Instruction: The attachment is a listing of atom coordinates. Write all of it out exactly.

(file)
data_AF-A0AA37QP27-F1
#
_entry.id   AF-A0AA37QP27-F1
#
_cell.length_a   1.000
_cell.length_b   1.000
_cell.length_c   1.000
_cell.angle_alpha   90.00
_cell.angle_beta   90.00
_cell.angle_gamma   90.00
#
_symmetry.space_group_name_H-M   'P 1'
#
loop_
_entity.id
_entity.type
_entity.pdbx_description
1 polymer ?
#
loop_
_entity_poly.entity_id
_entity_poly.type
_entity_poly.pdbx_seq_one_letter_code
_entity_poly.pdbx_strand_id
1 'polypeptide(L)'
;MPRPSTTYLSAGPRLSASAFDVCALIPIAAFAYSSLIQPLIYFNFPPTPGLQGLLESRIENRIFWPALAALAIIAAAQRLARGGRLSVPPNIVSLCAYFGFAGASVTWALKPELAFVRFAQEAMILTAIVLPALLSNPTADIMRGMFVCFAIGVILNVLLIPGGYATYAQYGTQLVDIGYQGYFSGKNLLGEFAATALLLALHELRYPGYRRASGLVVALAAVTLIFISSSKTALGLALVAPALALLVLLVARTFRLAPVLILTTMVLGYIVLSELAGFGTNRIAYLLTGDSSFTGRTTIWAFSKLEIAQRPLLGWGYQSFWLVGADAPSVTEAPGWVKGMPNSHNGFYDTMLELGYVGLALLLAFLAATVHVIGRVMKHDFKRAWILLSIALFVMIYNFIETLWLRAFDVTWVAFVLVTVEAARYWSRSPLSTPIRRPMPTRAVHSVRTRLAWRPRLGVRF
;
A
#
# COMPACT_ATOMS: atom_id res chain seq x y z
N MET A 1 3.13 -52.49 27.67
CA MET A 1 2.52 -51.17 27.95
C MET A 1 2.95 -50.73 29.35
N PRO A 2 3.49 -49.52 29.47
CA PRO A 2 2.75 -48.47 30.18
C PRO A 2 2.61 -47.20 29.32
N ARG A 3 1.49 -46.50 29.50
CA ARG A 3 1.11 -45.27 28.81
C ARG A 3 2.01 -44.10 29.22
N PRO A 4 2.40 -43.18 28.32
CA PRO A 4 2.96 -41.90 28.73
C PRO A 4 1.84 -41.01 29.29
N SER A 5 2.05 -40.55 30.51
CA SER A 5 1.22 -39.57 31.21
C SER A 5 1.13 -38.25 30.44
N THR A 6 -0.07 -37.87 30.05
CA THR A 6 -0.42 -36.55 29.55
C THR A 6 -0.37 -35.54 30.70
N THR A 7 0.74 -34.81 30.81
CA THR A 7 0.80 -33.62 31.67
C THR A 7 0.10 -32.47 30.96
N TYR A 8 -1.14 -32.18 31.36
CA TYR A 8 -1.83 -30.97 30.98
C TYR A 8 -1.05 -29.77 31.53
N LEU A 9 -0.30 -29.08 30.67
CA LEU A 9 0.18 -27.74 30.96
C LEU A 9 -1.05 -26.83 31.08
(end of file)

data_AF-A0AA37QP27-F1
#
_entry.id   AF-A0AA37QP27-F1
#
_cell.length_a   1.000
_cell.length_b   1.000
_cell.length_c   1.000
_cell.angle_alpha   90.00
_cell.angle_beta   90.00
_cell.angle_gamma   90.00
#
_symmetry.space_group_name_H-M   'P 1'
#
loop_
_entity.id
_entity.type
_entity.pdbx_description
1 polymer ?
#
loop_
_entity_poly.entity_id
_entity_poly.type
_entity_poly.pdbx_seq_one_letter_code
_entity_poly.pdbx_strand_id
1 'polypeptide(L)'
;MPRPSTTYLSAGPRLSASAFDVCALIPIAAFAYSSLIQPLIYFNFPPTPGLQGLLESRIENRIFWPALAALAIIAAAQRLARGGRLSVPPNIVSLCAYFGFAGASVTWALKPELAFVRFAQEAMILTAIVLPALLSNPTADIMRGMFVCFAIGVILNVLLIPGGYATYAQYGTQLVDIGYQGYFSGKNLLGEFAATALLLALHELRYPGYRRASGLVVALAAVTLIFISSSKTALGLALVAPALALLVLLVARTFRLAPVLILTTMVLGYIVLSELAGFGTNRIAYLLTGDSSFTGRTTIWAFSKLEIAQRPLLGWGYQSFWLVGADAPSVTEAPGWVKGMPNSHNGFYDTMLELGYVGLALLLAFLAATVHVIGRVMKHDFKRAWILLSIALFVMIYNFIETLWLRAFDVTWVAFVLVTVEAARYWSRSPLSTPIRRPMPTRAVHSVRTRLAWRPRLGVRF
;
A
#
# COMPACT_ATOMS: atom_id res chain seq x y z
N MET A 1 3.13 -52.49 27.67
CA MET A 1 2.52 -51.17 27.95
C MET A 1 2.95 -50.73 29.35
N PRO A 2 3.49 -49.52 29.47
CA PRO A 2 2.75 -48.47 30.18
C PRO A 2 2.61 -47.20 29.32
N ARG A 3 1.49 -46.50 29.50
CA ARG A 3 1.11 -45.27 28.81
C ARG A 3 2.01 -44.10 29.22
N PRO A 4 2.40 -43.18 28.32
CA PRO A 4 2.96 -41.90 28.73
C PRO A 4 1.84 -41.01 29.29
N SER A 5 2.05 -40.55 30.51
CA SER A 5 1.22 -39.57 31.21
C SER A 5 1.13 -38.25 30.44
N THR A 6 -0.07 -37.87 30.05
CA THR A 6 -0.42 -36.55 29.55
C THR A 6 -0.37 -35.54 30.70
N THR A 7 0.74 -34.81 30.81
CA THR A 7 0.80 -33.62 31.67
C THR A 7 0.10 -32.47 30.96
N TYR A 8 -1.14 -32.18 31.36
CA TYR A 8 -1.83 -30.97 30.98
C TYR A 8 -1.05 -29.77 31.53
N LEU A 9 -0.30 -29.08 30.67
CA LEU A 9 0.18 -27.74 30.96
C LEU A 9 -1.05 -26.83 31.08